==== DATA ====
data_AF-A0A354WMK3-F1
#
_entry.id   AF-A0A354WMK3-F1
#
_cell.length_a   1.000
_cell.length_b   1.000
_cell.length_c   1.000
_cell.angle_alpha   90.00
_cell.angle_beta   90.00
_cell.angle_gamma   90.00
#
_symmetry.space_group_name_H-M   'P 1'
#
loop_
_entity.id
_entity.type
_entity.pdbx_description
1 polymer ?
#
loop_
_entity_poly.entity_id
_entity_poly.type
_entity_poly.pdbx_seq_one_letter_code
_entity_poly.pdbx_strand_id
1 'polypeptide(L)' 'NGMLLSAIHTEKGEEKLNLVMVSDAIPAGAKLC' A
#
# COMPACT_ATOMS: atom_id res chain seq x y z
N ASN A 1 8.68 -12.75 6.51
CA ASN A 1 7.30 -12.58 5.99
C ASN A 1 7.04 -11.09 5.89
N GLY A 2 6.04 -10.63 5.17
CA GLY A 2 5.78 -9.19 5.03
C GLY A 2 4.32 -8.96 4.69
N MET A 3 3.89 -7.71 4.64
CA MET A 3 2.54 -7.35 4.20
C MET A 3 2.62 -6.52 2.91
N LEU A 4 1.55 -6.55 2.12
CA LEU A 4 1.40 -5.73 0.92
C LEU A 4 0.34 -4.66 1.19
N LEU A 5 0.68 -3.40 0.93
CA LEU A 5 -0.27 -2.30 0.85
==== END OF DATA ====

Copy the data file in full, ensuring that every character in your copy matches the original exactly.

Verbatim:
data_AF-A0A354WMK3-F1
#
_entry.id   AF-A0A354WMK3-F1
#
_cell.length_a   1.000
_cell.length_b   1.000
_cell.length_c   1.000
_cell.angle_alpha   90.00
_cell.angle_beta   90.00
_cell.angle_gamma   90.00
#
_symmetry.space_group_name_H-M   'P 1'
#
loop_
_entity.id
_entity.type
_entity.pdbx_description
1 polymer ?
#
loop_
_entity_poly.entity_id
_entity_poly.type
_entity_poly.pdbx_seq_one_letter_code
_entity_poly.pdbx_strand_id
1 'polypeptide(L)' 'NGMLLSAIHTEKGEEKLNLVMVSDAIPAGAKLC' A
#
# COMPACT_ATOMS: atom_id res chain seq x y z
N ASN A 1 8.68 -12.75 6.51
CA ASN A 1 7.30 -12.58 5.99
C ASN A 1 7.04 -11.09 5.89
N GLY A 2 6.04 -10.63 5.17
CA GLY A 2 5.78 -9.19 5.03
C GLY A 2 4.32 -8.96 4.69
N MET A 3 3.89 -7.71 4.64
CA MET A 3 2.54 -7.35 4.20
C MET A 3 2.62 -6.52 2.91
N LEU A 4 1.55 -6.55 2.12
CA LEU A 4 1.40 -5.73 0.92
C LEU A 4 0.34 -4.66 1.19
N LEU A 5 0.68 -3.40 0.93
CA LEU A 5 -0.27 -2.30 0.85